I’m all about streamlining these days. Shortcuts, cliff notes, convection ovens… ANYTHING to make my life more efficient. I was talking with Kevin at Calumet Photo the other day about my workflow (the process of downloading photos, editing and finally exporting the finished product). I shared my frustrations with the amount of time I was spending editing (color correct, contrast, exposure etc.) my photos. I thought with my new camera that my photos would be infinitely better straight out of the camera, apparently not so. The first thing he asked was how do I correct the white balance.
What is white balance? When you take photographs your eye can discern which parts that are “white” even in different lighting situations, your camera on the other hand can not. That is why if you don’t set your camera’s WB (white balance) settings to offset the color cast the lighting is causing you end up with pictures that are either too warm (yellow tones – indoors/low light) or too cool (blue tones/fluorescent lights).
Shooting with the correct white balance settings can eliminate the need to color correct in the post-process. What I also learned is that having your white balance customized to the incident light (the direct light that falls on the subject) not only helps to color correct it also helps with contrast allowing my photos to have greater detail which plays a huge part in shortening the editing process.
Ways to correct White Balance:
Before you shoot you can set the white balance to attempt to color correct your lighting conditions. Here is a sample of the WB options on the Canon 5D Mark II:
AWB (auto white balance) – uses a narrow range of possible white balance corrections
Sun (daylight) – adds warm tones
House (shade) – adds warm tones
Cloud (cloudy) – adds warm tones
Light-bulb (tungsten) – adds a cool (blue) tone
Tube (fluorescent) – adds a warm (red) tone
Bolt (strobe/flash) – adds warm tones
Custom WB icon (custom) – used with custom WB tools (such as gray card or expo-disc) setting remains for all photos that session
K (kelvin) – auto white balance setting with a range you can set wider than AWB
I often use my point n’ shoot Nikon CoolPix’s custom white balance feature. Its fast and easy to achieve the correct color balance. There is even a custom color setting to use when shooting FOOD pictures!
Nikon CoolPix Settings
There are several ways to counteract the negative effects of white balance in your photos. You can set your camera to AWB and hope for the best. What you’ll end up doing is having to color correct in the editing process and when you do this you lose Bit Depth, meaning you color information and that equates to loss in fidelity and quality of your image. The other option is to use a while balance tool like the one Kevin showed me, its called the Expo Disc.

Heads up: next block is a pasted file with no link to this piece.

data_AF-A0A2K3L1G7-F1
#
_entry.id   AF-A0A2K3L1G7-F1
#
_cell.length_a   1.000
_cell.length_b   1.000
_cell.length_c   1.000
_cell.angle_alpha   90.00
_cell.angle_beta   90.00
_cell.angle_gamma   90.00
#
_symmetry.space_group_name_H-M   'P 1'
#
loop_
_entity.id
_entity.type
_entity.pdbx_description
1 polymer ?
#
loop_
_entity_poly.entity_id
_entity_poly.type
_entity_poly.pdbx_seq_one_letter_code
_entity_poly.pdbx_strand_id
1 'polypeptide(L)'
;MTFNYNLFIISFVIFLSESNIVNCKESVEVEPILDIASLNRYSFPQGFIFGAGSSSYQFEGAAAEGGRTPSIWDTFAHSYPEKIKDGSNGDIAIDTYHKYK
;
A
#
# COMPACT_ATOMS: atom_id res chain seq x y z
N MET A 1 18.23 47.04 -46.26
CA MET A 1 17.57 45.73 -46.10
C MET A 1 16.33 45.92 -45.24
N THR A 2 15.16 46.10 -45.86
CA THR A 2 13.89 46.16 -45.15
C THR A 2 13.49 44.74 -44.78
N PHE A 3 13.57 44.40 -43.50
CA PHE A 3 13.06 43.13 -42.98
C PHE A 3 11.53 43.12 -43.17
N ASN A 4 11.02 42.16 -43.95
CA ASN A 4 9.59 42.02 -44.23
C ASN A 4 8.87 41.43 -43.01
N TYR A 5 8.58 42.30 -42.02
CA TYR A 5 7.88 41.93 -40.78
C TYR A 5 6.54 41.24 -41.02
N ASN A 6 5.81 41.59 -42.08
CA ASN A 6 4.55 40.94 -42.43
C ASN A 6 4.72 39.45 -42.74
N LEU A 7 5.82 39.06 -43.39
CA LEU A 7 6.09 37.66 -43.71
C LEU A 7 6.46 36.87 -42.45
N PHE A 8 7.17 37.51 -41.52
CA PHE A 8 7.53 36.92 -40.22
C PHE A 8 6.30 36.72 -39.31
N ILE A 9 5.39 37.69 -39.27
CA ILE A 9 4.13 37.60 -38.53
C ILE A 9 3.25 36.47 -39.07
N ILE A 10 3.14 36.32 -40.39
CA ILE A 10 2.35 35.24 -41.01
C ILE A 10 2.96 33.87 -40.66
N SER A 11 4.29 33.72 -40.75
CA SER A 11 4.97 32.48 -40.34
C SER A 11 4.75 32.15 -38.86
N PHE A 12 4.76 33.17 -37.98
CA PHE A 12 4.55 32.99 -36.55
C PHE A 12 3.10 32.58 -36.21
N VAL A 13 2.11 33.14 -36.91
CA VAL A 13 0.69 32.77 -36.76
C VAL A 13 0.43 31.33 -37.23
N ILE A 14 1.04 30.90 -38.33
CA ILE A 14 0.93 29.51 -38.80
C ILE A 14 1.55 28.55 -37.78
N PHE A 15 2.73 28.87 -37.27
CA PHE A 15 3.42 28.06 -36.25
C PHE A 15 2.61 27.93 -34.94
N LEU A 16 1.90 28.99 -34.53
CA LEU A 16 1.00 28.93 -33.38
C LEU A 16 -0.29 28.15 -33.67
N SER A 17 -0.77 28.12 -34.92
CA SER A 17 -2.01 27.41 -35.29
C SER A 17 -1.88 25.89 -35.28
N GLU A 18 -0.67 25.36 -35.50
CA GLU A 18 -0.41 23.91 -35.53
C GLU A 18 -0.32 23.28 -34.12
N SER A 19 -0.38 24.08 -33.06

the technical stuff: The acrylic filter is attached to the end of your lens (or held in front of the lens depending on what size disc.) The 77mm Expo Disc pictured above snaps on to my 24-105mm lens, when I use it on a smaller lens like my 90mm I just have to hold the filter while I fire a shot to set the white balance. The disc is composed of various gels and filters to achieve 18% light transmission and provides a more accurate neutral reading of the incident light (light falling on your subject.) rather than using a reflective gray card. Calibrating the white balance by holding an 18% gray card in front of your lens won’t render accurate results because what your camera is reading is the light reflected off the card versus light straight from the source (by pointing and shooting directly at the light) with the expo disc. Remember when light is reflected it bends causing distortion and misreads.
Here’s how it works: You turn on your camera and set the dial to M (Manual) take the filter and place it over the lens. Position yourself where your location of your shoot it and determine where the light source is coming from. Aim the camera directly at that light source, meaning flip the camera away from your subject and take a photo of the light source. TIP: turn auto-focus OFF – your camera will go crazy trying to focus with a grey opaque filter attached. You can set your exposure settings to AUTO (green box) or leave on manual. What you’ll see appear on your display screen might look like this:
Switch your camera to M (manual) mode and choose Custom WB from the settings menu.
The camera will pull up the gray image and ask if you want to use that image to calibrate your custom white balance. – Press OK. There is ONE MORE step, on the Top LCD Panel
you want to set the White Balance to Custom White Balance symbol.
You will be amazed at the results. I shoot a lot of food indoors using natural filtered light at various times during the day so the color cast is always different. Here are a few recent photos before/after using the expo disc. I could not be happier. It’s my new favorite photography tool!
BEFORE and AFTER with the Expo Disc
For more information about the Expo Disc and white balance you can watch their series on You Tube. They also talk about the advantage with shooting in RAW over JPEG. No we are not talking sushi. View more before and after shots here. You can find the Expo Disc in most photography stores or online. They also have demos you can buy at a discount (you save approx $30) quantiles are very limited.